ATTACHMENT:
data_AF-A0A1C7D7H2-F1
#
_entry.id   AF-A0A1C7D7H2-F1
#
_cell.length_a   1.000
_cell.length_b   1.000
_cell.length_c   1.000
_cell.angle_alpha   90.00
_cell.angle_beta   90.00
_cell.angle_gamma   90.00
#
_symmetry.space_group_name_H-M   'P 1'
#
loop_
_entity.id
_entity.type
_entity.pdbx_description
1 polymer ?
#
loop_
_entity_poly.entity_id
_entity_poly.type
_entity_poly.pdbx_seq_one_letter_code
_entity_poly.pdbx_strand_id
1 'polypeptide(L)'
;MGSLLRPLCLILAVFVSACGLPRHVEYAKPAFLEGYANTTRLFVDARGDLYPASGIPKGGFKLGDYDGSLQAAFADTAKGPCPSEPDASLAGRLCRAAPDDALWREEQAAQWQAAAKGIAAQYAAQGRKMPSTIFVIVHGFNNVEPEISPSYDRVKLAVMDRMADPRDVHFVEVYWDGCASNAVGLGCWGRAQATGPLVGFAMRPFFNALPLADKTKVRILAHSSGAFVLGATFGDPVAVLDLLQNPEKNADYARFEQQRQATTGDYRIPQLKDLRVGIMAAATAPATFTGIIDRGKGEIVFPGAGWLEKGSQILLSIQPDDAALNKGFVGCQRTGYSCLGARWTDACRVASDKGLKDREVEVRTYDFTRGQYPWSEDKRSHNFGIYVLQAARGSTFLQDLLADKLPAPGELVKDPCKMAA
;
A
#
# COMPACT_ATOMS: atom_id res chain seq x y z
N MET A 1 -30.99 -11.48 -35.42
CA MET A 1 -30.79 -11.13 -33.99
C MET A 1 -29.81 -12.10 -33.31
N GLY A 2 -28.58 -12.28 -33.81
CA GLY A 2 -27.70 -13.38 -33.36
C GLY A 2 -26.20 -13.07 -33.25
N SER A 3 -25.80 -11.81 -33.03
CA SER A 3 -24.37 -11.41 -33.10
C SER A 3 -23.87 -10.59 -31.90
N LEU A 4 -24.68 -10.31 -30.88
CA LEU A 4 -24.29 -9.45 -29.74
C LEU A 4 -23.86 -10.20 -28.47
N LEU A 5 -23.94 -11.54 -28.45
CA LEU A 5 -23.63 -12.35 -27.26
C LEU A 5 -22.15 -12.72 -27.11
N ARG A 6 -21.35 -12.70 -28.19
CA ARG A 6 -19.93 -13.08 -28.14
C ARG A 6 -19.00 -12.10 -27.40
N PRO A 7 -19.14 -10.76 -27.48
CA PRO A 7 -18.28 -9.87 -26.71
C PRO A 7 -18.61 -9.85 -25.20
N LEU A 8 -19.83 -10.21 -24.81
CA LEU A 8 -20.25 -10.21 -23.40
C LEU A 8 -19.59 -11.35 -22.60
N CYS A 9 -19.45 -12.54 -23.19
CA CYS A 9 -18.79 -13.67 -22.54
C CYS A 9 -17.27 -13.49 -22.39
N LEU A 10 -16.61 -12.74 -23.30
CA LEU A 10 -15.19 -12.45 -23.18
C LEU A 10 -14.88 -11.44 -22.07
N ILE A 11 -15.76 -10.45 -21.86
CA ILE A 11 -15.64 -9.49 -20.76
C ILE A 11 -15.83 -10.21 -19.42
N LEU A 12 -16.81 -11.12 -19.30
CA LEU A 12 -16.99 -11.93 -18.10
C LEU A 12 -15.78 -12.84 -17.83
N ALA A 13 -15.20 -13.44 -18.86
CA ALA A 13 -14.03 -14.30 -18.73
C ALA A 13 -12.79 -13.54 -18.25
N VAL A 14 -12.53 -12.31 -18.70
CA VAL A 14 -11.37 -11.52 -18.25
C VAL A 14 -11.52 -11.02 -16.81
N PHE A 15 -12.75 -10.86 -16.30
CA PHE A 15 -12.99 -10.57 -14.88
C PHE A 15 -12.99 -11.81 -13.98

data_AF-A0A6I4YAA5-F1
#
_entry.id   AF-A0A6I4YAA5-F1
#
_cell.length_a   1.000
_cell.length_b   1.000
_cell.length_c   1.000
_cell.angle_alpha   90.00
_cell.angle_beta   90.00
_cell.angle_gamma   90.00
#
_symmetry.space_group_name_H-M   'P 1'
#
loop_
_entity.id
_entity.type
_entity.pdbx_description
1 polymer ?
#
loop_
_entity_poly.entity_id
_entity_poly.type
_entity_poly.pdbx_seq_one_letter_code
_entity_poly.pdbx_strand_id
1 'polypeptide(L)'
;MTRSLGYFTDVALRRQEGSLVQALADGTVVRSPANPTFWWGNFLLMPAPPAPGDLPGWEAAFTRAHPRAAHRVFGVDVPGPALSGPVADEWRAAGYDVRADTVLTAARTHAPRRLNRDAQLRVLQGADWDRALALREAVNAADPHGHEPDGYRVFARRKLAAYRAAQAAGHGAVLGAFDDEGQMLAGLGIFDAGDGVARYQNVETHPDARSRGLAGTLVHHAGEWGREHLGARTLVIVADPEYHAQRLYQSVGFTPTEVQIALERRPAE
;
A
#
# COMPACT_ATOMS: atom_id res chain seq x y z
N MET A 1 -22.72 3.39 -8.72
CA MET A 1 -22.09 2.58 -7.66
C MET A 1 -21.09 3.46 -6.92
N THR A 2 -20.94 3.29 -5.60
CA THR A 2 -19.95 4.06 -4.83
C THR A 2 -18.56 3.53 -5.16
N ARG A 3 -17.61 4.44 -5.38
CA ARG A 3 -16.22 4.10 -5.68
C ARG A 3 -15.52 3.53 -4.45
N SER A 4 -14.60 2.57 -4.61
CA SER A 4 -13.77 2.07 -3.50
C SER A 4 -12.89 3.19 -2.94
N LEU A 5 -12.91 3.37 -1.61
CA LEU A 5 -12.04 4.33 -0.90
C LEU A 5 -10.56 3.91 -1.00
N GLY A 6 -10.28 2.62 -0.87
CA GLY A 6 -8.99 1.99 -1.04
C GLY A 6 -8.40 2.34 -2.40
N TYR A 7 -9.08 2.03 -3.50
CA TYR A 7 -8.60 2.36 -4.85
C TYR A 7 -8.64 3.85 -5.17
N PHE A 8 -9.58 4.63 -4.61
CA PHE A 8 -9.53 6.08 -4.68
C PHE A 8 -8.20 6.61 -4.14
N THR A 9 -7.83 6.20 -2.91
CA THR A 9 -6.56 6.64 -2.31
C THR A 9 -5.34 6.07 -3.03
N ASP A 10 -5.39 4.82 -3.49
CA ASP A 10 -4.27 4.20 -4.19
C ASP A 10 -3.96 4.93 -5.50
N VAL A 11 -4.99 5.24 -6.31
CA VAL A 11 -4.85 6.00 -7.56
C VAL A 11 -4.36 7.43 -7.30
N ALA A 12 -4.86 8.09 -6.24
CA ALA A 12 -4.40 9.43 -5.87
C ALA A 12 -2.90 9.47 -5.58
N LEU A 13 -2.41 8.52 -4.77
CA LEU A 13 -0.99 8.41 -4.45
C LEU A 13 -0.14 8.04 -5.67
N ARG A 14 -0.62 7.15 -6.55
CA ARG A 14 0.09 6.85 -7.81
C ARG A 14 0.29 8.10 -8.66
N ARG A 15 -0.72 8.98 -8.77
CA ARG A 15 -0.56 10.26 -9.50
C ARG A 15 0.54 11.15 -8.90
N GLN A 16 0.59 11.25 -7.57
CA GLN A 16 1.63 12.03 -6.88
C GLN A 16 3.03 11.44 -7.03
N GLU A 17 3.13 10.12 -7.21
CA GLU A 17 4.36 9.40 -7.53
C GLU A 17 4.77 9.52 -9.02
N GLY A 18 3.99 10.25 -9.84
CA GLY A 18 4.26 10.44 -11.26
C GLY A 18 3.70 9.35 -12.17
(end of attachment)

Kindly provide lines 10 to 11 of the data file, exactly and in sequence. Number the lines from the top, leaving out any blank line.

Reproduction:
_cell.angle_gamma   90.00
#